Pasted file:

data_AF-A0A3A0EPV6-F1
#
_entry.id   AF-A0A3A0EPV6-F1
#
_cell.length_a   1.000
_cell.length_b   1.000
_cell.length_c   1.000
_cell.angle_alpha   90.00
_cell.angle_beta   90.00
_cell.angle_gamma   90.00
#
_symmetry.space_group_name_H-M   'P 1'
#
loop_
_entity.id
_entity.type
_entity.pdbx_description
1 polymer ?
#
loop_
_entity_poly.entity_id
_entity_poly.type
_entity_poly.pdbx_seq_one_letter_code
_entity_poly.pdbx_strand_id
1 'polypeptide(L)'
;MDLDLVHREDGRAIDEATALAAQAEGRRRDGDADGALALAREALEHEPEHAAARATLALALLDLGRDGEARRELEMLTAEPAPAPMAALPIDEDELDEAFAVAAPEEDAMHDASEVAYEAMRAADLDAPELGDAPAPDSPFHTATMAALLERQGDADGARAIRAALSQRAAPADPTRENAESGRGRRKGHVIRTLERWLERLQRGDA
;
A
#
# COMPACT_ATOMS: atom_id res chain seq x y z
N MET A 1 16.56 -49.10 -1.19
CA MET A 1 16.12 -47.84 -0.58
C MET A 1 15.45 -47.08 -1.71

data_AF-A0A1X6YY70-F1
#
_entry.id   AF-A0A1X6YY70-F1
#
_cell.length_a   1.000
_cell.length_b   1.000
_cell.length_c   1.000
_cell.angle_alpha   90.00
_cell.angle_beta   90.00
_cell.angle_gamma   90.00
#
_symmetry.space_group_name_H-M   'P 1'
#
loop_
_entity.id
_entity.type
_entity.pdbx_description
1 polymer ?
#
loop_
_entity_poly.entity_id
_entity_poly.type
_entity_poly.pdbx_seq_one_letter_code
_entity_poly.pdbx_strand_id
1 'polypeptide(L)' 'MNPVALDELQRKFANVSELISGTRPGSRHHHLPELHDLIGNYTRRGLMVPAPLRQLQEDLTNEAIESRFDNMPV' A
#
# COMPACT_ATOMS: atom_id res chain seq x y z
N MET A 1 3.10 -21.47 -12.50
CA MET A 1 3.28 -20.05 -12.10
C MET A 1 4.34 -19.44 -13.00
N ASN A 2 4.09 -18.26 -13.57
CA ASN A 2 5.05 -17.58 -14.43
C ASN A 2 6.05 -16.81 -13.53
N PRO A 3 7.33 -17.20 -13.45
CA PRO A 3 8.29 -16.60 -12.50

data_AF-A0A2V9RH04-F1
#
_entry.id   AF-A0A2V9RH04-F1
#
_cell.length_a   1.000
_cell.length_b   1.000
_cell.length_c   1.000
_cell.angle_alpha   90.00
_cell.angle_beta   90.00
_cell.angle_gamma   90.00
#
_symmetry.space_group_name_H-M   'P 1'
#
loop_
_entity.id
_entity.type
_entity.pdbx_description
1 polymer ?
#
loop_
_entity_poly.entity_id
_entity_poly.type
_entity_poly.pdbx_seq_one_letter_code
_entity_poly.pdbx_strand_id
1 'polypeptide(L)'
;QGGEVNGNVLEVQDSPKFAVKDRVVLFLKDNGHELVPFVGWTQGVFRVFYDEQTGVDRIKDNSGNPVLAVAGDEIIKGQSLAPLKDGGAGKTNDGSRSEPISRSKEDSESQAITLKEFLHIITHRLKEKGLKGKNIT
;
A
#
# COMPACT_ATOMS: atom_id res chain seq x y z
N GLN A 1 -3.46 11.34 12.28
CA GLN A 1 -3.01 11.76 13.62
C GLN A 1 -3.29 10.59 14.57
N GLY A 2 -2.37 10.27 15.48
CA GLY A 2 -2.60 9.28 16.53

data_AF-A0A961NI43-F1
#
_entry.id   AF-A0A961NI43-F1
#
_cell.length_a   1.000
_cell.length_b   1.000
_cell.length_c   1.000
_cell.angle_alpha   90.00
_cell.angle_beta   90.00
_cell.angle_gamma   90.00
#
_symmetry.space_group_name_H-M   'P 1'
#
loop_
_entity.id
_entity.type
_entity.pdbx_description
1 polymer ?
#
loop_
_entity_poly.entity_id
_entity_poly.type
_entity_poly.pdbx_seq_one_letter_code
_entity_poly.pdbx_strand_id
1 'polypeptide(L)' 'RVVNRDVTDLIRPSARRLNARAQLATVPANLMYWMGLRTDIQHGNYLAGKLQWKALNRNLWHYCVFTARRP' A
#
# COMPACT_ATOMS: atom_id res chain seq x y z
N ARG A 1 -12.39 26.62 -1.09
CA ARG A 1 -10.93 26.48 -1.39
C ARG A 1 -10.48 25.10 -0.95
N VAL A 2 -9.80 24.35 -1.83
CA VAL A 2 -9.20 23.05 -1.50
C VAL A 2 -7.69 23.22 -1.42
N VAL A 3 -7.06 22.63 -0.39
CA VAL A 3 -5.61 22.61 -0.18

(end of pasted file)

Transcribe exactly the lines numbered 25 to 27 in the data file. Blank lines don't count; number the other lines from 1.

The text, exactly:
1 'polypeptide(L)'
;MDLDLVHREDGRAIDEATALAAQAEGRRRDGDADGALALAREALEHEPEHAAARATLALALLDLGRDGEARRELEMLTAEPAPAPMAALPIDEDELDEAFAVAAPEEDAMHDASEVAYEAMRAADLDAPELGDAPAPDSPFHTATMAALLERQGDADGARAIRAALSQRAAPADPTRENAESGRGRRKGHVIRTLERWLERLQRGDA
;